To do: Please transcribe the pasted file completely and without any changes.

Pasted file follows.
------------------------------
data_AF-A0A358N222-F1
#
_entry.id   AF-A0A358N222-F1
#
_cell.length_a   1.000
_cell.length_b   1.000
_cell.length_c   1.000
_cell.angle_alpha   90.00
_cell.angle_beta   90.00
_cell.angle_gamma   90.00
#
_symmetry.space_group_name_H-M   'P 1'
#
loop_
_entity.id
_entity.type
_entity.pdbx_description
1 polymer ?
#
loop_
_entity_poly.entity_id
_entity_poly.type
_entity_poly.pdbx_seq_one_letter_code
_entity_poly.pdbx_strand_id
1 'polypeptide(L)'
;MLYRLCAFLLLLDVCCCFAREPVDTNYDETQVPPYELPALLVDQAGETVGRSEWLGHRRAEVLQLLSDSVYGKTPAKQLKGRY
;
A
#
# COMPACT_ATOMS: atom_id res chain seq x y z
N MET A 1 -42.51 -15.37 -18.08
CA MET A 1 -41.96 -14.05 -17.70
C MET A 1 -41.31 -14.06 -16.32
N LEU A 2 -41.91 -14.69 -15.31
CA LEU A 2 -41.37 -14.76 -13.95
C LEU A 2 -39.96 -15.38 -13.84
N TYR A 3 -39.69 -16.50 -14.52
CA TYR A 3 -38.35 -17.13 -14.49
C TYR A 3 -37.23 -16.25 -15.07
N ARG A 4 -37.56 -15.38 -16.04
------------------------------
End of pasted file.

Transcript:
data_AF-A0A358N222-F1
#
_entry.id   AF-A0A358N222-F1
#
_cell.length_a   1.000
_cell.length_b   1.000
_cell.length_c   1.000
_cell.angle_alpha   90.00
_cell.angle_beta   90.00
_cell.angle_gamma   90.00
#
_symmetry.space_group_name_H-M   'P 1'
#
loop_
_entity.id
_entity.type
_entity.pdbx_description
1 polymer ?
#
loop_
_entity_poly.entity_id
_entity_poly.type
_entity_poly.pdbx_seq_one_letter_code
_entity_poly.pdbx_strand_id
1 'polypeptide(L)'
;MLYRLCAFLLLLDVCCCFAREPVDTNYDETQVPPYELPALLVDQAGETVGRSEWLGHRRAEVLQLLSDSVYGKTPAKQLKGRY
;
A
#
# COMPACT_ATOMS: atom_id res chain seq x y z
N MET A 1 -42.51 -15.37 -18.08
CA MET A 1 -41.96 -14.05 -17.70
C MET A 1 -41.31 -14.06 -16.32
N LEU A 2 -41.91 -14.69 -15.31
CA LEU A 2 -41.37 -14.76 -13.95
C LEU A 2 -39.96 -15.38 -13.84
N TYR A 3 -39.69 -16.50 -14.52
CA TYR A 3 -38.35 -17.13 -14.49
C TYR A 3 -37.23 -16.25 -15.07
N ARG A 4 -37.56 -15.38 -16.04